I had the honor and privilege of spending the better part of a week this October in Alabama with close to 150 of my fellow Unitarian Universalist Religious Educators from across the continent.
During this spacious and intentional time together, we spoke of the many different places from which we had come and the obstacles we each face. We talked about what it was like to serve our congregations as we struggle to come out of the pandemic. We shared best practices and learned from each other’s mistakes. We traveled together to the Legacy Museum…
(A collection of videos may be accessed here: https://eji.org/videos/)
…and the Lynching Memorial in Montgomery…
…and visited the 16th Street Baptist Church in Birmingham where four young girls were killed on their Youth Sunday in 1963.
During this time together we promised one another and especially our BIPOC (Black, Indigenous, People of Color) colleagues that we would stand up with and for them whenever the opportunity should present itself.
And such an opportunity has.
The Seven Principles
You may or may not know that there are seven principles that UU congregations, including All Souls, covenant with the Unitarian Universalist Association to affirm and promote …
- 1st Principle: The inherent worth and dignity of every person;
- 2nd Principle: Justice, equity and compassion in human relations;
- 3rd Principle: Acceptance of one another and encouragement to spiritual growth in our congregations;
- 4th Principle: A free and responsible search for truth and meaning;
- 5th Principle: The right of conscience and the use of the democratic process within our congregations and in society at large;
- 6th Principle: The goal of world community with peace, liberty, and justice for all;
- 7th Principle: Respect for the interdependent web of all existence of which we are a part.
At our conference a few weeks ago, the Liberal Religious Educators, along with more than 100 other congregations in the past several years, have added an eighth principle to our covenant:
“to affirm and promote… journeying toward spiritual wholeness by working to build a diverse multicultural Beloved Community by our actions that accountably dismantle racism and other oppressions in ourselves and our institutions.”
This principle feels like it requires additional action on my part. While I have been on a path of intentional intercultural competency since 2008 when All Souls and New Dimensions merged with the idea of creating a new kind of worship and sanctuary, this principle calls for to me to seek spiritual wholeness. That is why I am writing to you. I would ask you to join me in this journey, because I don’t believe I can reach spiritual wholeness on my own. I can only reach it if everyone, and I mean EVERYONE, can come. If we all WORK to CREATE, to BUILD (this is not a passive agreement about accepting and respecting – it’s about doing the do – dismantling and rebuilding) a diverse multicultural Beloved Community.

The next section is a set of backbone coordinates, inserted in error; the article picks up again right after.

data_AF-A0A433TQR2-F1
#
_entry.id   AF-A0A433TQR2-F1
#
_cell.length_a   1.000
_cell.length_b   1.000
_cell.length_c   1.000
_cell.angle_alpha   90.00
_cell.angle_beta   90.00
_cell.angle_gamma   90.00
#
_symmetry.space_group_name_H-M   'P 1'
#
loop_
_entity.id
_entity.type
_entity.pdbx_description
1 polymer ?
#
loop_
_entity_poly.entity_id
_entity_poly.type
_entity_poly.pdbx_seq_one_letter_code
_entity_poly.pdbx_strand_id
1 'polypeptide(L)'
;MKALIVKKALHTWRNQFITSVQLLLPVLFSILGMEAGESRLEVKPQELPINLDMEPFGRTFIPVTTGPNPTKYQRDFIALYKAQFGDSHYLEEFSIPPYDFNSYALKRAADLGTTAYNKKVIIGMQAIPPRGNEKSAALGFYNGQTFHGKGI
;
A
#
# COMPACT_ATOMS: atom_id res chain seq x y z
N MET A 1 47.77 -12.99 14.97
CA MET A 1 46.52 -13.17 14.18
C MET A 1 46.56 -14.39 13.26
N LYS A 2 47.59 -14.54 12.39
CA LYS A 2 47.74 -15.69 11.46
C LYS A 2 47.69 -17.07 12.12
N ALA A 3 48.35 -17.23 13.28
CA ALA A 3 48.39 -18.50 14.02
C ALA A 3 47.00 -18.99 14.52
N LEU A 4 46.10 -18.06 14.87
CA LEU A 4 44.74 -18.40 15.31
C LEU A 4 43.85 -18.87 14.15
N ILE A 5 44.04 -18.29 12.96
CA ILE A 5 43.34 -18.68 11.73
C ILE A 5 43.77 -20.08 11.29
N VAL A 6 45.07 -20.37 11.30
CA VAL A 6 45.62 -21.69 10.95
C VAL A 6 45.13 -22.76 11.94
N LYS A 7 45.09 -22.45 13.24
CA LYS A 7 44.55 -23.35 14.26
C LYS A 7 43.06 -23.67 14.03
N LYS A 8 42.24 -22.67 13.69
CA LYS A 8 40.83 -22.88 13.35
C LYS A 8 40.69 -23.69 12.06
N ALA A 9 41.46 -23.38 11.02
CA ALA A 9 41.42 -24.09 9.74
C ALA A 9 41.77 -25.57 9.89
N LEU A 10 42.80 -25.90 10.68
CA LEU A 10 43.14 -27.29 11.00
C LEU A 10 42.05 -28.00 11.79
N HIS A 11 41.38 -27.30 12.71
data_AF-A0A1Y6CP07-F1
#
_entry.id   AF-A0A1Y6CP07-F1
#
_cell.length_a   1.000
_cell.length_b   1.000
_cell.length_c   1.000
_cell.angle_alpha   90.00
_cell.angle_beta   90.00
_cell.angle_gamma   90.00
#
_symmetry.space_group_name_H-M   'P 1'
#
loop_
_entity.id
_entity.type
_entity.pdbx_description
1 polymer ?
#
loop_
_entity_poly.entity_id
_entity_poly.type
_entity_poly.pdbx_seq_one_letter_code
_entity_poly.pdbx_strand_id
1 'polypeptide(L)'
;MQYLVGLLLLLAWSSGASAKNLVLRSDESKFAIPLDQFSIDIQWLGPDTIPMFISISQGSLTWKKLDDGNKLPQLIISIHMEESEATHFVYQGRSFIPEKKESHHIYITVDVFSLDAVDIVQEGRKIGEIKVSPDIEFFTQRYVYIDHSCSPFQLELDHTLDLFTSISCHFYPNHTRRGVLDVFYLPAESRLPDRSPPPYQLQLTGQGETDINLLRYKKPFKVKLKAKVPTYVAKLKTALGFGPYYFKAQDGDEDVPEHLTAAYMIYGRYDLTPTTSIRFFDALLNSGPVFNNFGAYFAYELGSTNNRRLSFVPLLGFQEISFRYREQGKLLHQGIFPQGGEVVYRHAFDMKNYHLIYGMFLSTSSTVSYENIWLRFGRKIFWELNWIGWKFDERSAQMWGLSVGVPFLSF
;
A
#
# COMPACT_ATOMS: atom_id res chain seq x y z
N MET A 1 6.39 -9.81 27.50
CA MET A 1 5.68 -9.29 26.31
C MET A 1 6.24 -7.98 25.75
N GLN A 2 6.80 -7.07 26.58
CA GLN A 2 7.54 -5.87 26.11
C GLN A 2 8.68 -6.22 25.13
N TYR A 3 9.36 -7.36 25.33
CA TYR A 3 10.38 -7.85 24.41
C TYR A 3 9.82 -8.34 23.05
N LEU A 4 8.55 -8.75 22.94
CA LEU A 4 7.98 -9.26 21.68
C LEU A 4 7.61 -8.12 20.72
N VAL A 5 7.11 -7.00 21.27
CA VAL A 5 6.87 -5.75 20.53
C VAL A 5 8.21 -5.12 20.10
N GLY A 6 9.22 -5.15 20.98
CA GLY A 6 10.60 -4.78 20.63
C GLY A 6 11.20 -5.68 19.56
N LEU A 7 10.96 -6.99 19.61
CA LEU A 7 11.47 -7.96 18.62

Working to Dismantle Racism
And before we get too far in, please let me clear up two possible misconceptions. First, change won’t happen overnight. Our congregation has been actively working on this since 2008, and we’re still figuring things out. And second, we will never be done. This work will not be finished in my lifetime nor yours, but we can make progress.
My parents and our church made huge efforts when they sent me and many from my generation to the first integrated magnet school in Tulsa in the early 1970s, but they tried to instill in us the idea that that racism was a thing of the past. Now we know better (racism was and is still very much alive), so we do better. We know that while the concept of Race was a social invention, that RACISM (discrimination, bigotry, inequality, systems of inequity) is real and has detrimental consequences. So, we commit to “accountably dismantle racism and other oppressions in ourselves and our institutions.”
We can tell our children the whole truth. (And in this paragraph especially, I am speaking to the melanin-challenged readers like myself; those with warmer complexions are generally forced to face these realities at an early age whether they or their parents want them to or not.) We can model a growth mindset. We can help each other learn. We can tell each other when we may have crossed a line. We can ask when we’re not sure where the line is. We can make mistakes, and we can ask forgiveness. We can show up for one another and stay at the table. We CAN dismantle racism and other oppressions in ourselves and our institutions.
This is my life’s work. Please join me in discussions this winter about helping our congregation to approve the 8th Principle as we join with other UU congregations across the continent to covenant with one another and with the Unitarian Universalist Association to make it a priority in our lives and institutions to dismantle racism and other oppressions.
With love beyond belief,
Shannon Boston is the Executive Director of Lifespan Religious Education at All Souls Church in Tulsa, Oklahoma. She is a lifelong member of All Souls and has served as the Chair of the Diversity and Inclusion Team for the continental Liberal Religious Educators Association (LREDA).
We will be offering freshly updated REWIRE (a course for white people to unlearn racism, explore racial identity formation, and learn how to be effective allies for racial justice) and SHADZ (a course for those who identify as BIPOC to help equip participants with tools to heal racial trauma, uncover and rediscover racial value and worth, and effectively combat individual and systemic racism and cultivate anti-racism allies) courses this Spring. Please contact Shannon at email@example.com to learn more and to get on the list for an upcoming Zoom class.